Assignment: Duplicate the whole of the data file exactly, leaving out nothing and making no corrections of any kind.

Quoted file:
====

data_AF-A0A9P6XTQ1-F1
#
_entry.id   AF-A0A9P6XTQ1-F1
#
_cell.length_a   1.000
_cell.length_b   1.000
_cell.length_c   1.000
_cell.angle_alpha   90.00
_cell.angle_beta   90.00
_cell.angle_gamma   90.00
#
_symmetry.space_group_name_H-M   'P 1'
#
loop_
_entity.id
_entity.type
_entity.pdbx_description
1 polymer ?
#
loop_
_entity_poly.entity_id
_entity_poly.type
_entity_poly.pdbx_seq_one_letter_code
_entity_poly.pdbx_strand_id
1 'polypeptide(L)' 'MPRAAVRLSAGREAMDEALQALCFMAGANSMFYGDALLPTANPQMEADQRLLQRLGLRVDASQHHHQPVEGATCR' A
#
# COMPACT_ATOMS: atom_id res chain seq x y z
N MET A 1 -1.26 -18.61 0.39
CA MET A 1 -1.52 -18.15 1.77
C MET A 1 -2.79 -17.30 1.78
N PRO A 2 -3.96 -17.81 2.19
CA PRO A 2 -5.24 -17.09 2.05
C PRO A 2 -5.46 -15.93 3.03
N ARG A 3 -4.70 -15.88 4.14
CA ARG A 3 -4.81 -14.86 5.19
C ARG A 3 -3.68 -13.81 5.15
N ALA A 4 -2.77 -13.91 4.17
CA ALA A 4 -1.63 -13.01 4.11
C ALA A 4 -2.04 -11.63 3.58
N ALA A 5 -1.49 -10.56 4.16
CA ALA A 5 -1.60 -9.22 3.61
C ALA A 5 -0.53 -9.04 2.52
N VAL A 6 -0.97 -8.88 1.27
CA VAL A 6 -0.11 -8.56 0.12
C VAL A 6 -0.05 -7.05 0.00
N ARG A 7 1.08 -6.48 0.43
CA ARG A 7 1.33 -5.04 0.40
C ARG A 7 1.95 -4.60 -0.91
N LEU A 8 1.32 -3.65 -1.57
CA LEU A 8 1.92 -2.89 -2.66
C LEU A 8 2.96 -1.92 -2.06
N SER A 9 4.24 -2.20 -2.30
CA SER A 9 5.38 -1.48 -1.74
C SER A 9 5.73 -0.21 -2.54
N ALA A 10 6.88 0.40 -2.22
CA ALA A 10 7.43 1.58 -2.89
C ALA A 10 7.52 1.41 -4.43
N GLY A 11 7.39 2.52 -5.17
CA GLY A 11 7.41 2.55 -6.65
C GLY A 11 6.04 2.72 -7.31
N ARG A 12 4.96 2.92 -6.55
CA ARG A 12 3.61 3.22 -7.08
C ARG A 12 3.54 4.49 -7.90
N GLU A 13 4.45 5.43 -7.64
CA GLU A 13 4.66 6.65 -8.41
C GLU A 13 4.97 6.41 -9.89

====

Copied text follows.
data_AF-A0A9P6XTQ1-F1
#
_entry.id   AF-A0A9P6XTQ1-F1
#
_cell.length_a   1.000
_cell.length_b   1.000
_cell.length_c   1.000
_cell.angle_alpha   90.00
_cell.angle_beta   90.00
_cell.angle_gamma   90.00
#
_symmetry.space_group_name_H-M   'P 1'
#
loop_
_entity.id
_entity.type
_entity.pdbx_description
1 polymer ?
#
loop_
_entity_poly.entity_id
_entity_poly.type
_entity_poly.pdbx_seq_one_letter_code
_entity_poly.pdbx_strand_id
1 'polypeptide(L)' 'MPRAAVRLSAGREAMDEALQALCFMAGANSMFYGDALLPTANPQMEADQRLLQRLGLRVDASQHHHQPVEGATCR' A
#
# COMPACT_ATOMS: atom_id res chain seq x y z
N MET A 1 -1.26 -18.61 0.39
CA MET A 1 -1.52 -18.15 1.77
C MET A 1 -2.79 -17.30 1.78
N PRO A 2 -3.96 -17.81 2.19
CA PRO A 2 -5.24 -17.09 2.05
C PRO A 2 -5.46 -15.93 3.03
N ARG A 3 -4.70 -15.88 4.14
CA ARG A 3 -4.81 -14.86 5.19
C ARG A 3 -3.68 -13.81 5.15
N ALA A 4 -2.77 -13.91 4.17
CA ALA A 4 -1.63 -13.01 4.11
C ALA A 4 -2.04 -11.63 3.58
N ALA A 5 -1.49 -10.56 4.16
CA ALA A 5 -1.60 -9.22 3.61
C ALA A 5 -0.53 -9.04 2.52
N VAL A 6 -0.97 -8.88 1.27
CA VAL A 6 -0.11 -8.56 0.12
C VAL A 6 -0.05 -7.05 0.00
N ARG A 7 1.08 -6.48 0.43
CA ARG A 7 1.33 -5.04 0.40
C ARG A 7 1.95 -4.60 -0.91
N LEU A 8 1.32 -3.65 -1.57
CA LEU A 8 1.92 -2.89 -2.66
C LEU A 8 2.96 -1.92 -2.06
N SER A 9 4.24 -2.20 -2.30
CA SER A 9 5.38 -1.48 -1.74
C SER A 9 5.73 -0.21 -2.54
N ALA A 10 6.88 0.40 -2.22
CA ALA A 10 7.43 1.58 -2.89
C ALA A 10 7.52 1.41 -4.43
N GLY A 11 7.39 2.52 -5.17
CA GLY A 11 7.41 2.55 -6.65
C GLY A 11 6.04 2.72 -7.31
N ARG A 12 4.96 2.92 -6.55
CA ARG A 12 3.61 3.22 -7.08
C ARG A 12 3.54 4.49 -7.90
N GLU A 13 4.45 5.43 -7.64
CA GLU A 13 4.66 6.65 -8.41
C GLU A 13 4.97 6.41 -9.89